(.pdf) — The American religious landscape is changing rapidly. Among the biggest changes is the retreat from identification with organized religions. Once a central identity for adults, this kind of identification is far less prevalent than it was twenty or twenty-five years ago. The General Social Survey(GSS) has been tracking trends in religious preference since 1972. Everyone in a sample represen-tative of the adult population of the United States is asked “What is your religious preference? Is it Protestant, Catholic, Jewish, some other religion, or no religion?” In 1972, just 5 percent answered“no religion”; by 1990, 8 percent did. The percentage preferring no religion has risen sharply since1990. In the 2012 data (released March 7, 2013), 20 percent of Americans answered “no religion” — that is an increase of 12 percentage points in 22 years. We find no evidence of a slowdown. The change from 2010 to 2012 was 2 percentage points, within the margin of error of what we would expect based on the overall rate of increase from 1990 to 2008…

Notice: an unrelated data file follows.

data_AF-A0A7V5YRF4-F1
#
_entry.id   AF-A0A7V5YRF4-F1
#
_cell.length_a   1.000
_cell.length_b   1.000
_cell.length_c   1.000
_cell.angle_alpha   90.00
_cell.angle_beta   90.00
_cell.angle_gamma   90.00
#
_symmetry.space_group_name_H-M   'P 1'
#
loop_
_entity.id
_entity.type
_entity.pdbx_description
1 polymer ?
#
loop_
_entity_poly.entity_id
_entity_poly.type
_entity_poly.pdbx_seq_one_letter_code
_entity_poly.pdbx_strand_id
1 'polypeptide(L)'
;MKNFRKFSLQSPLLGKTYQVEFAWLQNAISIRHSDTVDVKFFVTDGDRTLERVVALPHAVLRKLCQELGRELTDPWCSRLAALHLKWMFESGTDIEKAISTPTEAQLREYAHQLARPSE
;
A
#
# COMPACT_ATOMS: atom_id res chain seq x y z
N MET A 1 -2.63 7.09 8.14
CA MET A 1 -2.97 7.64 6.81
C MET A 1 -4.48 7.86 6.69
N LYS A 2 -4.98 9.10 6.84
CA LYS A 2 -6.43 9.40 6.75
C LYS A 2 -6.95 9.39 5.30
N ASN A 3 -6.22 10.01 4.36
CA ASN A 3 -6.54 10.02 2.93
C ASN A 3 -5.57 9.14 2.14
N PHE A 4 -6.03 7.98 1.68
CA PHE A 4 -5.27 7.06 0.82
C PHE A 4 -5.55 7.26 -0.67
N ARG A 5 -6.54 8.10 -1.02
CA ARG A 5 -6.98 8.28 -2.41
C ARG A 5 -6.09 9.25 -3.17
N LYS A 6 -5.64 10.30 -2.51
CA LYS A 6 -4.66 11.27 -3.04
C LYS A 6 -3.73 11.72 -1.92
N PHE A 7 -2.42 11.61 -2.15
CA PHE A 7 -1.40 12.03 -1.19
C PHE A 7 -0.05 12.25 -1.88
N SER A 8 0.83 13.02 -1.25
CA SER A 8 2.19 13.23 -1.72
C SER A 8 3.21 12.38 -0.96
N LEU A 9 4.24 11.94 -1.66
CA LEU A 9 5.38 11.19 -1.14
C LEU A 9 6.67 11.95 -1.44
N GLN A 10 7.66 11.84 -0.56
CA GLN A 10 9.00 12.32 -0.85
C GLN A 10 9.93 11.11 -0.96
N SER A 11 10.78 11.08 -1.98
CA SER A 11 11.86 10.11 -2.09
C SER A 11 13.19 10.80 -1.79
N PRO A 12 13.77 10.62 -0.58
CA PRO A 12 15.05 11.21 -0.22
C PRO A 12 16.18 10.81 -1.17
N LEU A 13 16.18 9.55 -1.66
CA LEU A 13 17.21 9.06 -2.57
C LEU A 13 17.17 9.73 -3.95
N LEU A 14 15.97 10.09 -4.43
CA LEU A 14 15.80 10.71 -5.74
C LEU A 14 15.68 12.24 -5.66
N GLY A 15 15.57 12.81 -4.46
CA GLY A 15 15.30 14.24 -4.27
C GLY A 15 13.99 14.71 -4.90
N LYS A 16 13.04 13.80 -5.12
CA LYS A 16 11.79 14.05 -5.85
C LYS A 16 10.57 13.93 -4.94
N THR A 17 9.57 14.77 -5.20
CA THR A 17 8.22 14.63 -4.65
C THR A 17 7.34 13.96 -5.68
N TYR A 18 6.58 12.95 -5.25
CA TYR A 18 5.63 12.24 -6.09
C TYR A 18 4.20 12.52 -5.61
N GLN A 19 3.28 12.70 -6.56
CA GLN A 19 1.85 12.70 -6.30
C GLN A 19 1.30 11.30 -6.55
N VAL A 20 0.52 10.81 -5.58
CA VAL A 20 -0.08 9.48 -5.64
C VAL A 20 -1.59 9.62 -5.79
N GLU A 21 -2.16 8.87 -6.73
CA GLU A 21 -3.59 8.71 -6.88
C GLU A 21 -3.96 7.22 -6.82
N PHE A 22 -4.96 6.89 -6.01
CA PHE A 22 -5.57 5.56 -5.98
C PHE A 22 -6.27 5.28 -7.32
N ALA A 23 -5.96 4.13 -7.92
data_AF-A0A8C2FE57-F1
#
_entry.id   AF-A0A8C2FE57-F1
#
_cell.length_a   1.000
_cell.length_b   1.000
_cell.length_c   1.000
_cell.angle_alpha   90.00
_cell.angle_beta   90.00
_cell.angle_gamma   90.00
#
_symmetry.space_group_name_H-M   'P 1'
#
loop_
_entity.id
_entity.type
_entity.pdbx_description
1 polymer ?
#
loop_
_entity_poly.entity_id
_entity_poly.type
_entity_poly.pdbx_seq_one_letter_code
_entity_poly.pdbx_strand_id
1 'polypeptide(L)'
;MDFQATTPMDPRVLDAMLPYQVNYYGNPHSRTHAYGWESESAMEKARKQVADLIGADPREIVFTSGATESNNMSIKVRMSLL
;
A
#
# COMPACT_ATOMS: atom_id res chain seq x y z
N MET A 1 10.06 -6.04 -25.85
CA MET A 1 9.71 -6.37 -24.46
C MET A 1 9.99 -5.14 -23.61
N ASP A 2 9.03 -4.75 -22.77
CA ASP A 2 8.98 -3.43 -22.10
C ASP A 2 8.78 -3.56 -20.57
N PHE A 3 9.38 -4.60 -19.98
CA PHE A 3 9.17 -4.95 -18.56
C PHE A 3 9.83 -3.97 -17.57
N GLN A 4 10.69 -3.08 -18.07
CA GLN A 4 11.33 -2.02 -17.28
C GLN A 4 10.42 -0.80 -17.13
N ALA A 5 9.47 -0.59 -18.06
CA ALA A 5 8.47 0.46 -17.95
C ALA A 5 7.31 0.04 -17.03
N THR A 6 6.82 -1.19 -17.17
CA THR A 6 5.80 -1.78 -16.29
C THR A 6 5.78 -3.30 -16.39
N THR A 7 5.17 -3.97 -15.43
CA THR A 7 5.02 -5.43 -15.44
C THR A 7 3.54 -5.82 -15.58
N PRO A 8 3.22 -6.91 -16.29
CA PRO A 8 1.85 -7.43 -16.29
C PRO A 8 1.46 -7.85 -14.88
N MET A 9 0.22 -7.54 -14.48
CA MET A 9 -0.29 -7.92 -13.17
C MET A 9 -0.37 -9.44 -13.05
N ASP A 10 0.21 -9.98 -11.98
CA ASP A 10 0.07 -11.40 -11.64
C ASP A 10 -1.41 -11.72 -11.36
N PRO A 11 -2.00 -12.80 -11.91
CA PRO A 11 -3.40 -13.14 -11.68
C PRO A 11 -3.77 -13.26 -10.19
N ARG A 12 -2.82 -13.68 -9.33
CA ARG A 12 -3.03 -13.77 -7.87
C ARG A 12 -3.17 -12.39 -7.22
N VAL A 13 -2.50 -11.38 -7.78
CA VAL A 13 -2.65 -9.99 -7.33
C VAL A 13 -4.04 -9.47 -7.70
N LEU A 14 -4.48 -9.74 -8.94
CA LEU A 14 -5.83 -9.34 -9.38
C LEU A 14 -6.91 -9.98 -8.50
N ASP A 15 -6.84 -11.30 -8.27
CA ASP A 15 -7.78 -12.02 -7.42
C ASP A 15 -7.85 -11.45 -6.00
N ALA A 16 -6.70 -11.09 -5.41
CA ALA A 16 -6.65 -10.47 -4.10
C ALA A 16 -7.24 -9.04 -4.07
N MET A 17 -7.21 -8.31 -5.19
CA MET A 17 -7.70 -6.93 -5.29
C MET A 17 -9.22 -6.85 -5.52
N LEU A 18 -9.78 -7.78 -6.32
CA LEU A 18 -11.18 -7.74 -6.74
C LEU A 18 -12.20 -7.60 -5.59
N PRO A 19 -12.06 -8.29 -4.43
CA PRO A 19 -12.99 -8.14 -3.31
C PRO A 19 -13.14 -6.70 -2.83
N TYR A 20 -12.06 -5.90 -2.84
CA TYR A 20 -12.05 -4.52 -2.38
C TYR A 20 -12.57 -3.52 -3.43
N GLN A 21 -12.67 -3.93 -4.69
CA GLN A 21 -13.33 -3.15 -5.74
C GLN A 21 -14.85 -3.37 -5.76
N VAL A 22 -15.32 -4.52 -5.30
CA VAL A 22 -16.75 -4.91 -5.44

We are going to prevail my friends, just like marriage equality, it is inevitable. It’s no wonder atheists stand shoulder to shoulder with those fighting for marriage equality, it’s no surprise we feel hurt, at times angry, even occasionally furious, when men and women are demonized simply for daring to express feel the most precious gift life can offer, falling in with a fellow human being and committing to spending the rest of our lives with that special person.
Yes, we have much in common with our fellow gay and lesbian Americans regardless if they are counted among the faithful or the godless. In the past we were tortured, slowly torn to bloody pieces and burned alive in front of cheering mobs. We have historically been an easy target for bullies and gangs and worse.
Even today we are subject to childhood torment, we have withstood the jabs — both metaphorical and the kind that draw blood and break bones — we have been viciously insulted, we have too often suffered raw discrimination, simply for being honest about what we feel in our hearts. Feelings that injure no one, that are guaranteed by our inalienable rights, and which condemn millions of us to spend an entire life hiding in the shadows.
I am very, very proud to count the LGBT community as among our closet, most precious allies in the endless fight against religious oppression and this news gives me hope there may be similar progress in store for spiritual equality.